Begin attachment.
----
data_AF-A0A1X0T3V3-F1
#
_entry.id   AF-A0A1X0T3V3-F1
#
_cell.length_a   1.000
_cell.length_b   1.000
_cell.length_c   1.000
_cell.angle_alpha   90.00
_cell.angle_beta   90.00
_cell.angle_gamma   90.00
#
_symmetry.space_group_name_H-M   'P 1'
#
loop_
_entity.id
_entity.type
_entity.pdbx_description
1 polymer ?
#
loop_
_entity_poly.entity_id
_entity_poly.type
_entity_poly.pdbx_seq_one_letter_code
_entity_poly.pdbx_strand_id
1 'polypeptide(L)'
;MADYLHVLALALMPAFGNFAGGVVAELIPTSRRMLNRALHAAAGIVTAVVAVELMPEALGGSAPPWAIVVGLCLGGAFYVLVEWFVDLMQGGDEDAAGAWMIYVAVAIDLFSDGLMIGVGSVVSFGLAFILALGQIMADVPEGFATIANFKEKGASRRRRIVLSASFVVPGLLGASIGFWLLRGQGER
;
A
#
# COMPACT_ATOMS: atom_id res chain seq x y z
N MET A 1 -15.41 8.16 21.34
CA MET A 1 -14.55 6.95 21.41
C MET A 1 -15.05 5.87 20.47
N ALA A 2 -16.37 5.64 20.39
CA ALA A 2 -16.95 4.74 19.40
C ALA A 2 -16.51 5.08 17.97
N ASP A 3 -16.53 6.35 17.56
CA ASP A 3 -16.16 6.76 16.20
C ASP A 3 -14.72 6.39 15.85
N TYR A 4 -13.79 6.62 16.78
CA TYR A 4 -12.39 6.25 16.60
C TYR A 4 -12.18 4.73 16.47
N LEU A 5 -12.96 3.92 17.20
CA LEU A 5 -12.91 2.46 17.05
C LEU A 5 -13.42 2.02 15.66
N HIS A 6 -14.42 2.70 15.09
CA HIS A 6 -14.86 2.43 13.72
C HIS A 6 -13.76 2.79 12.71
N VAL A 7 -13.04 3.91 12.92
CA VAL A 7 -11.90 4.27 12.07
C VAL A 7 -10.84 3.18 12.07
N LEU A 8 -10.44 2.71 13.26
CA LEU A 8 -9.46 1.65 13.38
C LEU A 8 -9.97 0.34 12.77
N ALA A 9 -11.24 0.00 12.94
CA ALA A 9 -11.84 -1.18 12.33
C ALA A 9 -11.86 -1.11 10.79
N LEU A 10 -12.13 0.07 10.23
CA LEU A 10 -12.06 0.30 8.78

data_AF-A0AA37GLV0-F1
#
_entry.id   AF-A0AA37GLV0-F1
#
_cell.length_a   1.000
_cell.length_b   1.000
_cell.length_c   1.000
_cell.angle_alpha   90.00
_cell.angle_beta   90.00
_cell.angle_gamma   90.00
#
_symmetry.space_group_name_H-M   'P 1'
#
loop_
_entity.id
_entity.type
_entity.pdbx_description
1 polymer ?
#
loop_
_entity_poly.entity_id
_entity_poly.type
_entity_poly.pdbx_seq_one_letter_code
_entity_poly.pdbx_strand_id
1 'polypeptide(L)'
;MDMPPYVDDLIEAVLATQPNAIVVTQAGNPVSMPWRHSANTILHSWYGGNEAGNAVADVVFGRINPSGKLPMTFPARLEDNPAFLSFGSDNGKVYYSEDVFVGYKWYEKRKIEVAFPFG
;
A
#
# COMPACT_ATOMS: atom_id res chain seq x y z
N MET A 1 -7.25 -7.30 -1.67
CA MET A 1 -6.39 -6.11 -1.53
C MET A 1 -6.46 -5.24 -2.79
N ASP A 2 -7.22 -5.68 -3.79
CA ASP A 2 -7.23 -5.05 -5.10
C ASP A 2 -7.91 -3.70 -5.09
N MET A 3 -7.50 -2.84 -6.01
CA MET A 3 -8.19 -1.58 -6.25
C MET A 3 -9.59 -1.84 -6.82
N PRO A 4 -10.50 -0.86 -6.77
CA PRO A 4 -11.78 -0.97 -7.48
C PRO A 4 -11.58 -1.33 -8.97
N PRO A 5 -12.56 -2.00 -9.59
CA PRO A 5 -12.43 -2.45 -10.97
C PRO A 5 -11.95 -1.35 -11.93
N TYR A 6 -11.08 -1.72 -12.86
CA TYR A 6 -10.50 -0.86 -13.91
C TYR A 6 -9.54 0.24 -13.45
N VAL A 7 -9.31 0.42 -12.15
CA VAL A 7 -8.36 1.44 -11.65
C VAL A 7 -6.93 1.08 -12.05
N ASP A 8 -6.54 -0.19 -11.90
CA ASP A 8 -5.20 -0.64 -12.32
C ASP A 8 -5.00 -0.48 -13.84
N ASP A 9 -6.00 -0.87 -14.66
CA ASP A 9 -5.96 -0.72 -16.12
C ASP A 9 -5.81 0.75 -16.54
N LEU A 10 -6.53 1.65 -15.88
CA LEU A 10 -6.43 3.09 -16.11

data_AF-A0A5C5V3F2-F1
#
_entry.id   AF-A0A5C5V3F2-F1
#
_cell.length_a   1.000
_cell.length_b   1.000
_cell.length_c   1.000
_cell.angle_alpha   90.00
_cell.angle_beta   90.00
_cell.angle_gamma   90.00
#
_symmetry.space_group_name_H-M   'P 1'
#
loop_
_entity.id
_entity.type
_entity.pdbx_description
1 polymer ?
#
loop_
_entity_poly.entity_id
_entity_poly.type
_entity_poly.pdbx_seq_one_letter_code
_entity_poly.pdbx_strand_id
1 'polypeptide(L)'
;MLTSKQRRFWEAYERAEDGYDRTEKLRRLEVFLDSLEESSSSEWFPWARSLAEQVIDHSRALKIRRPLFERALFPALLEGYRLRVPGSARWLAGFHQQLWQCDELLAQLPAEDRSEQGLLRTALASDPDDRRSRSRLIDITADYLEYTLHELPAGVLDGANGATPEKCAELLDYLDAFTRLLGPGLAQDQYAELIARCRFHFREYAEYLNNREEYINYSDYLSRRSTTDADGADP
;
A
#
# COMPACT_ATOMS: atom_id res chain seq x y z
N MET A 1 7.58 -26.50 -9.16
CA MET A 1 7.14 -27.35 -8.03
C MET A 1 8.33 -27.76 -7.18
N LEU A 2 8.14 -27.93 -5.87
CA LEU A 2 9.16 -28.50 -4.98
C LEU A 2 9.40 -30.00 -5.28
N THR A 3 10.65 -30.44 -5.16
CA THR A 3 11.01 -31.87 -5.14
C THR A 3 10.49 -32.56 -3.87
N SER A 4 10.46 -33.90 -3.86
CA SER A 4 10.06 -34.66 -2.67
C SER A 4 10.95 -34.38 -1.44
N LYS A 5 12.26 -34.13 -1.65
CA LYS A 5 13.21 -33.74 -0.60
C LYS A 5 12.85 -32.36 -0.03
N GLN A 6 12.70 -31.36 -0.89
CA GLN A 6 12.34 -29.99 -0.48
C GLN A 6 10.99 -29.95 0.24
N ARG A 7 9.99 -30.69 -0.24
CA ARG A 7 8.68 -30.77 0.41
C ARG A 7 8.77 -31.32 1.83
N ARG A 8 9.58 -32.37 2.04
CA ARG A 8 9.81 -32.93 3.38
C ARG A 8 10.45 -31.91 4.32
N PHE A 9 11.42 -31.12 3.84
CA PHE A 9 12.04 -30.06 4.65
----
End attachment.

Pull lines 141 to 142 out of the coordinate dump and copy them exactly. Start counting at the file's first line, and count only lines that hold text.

_entity_poly.pdbx_seq_one_letter_code
_entity_poly.pdbx_strand_id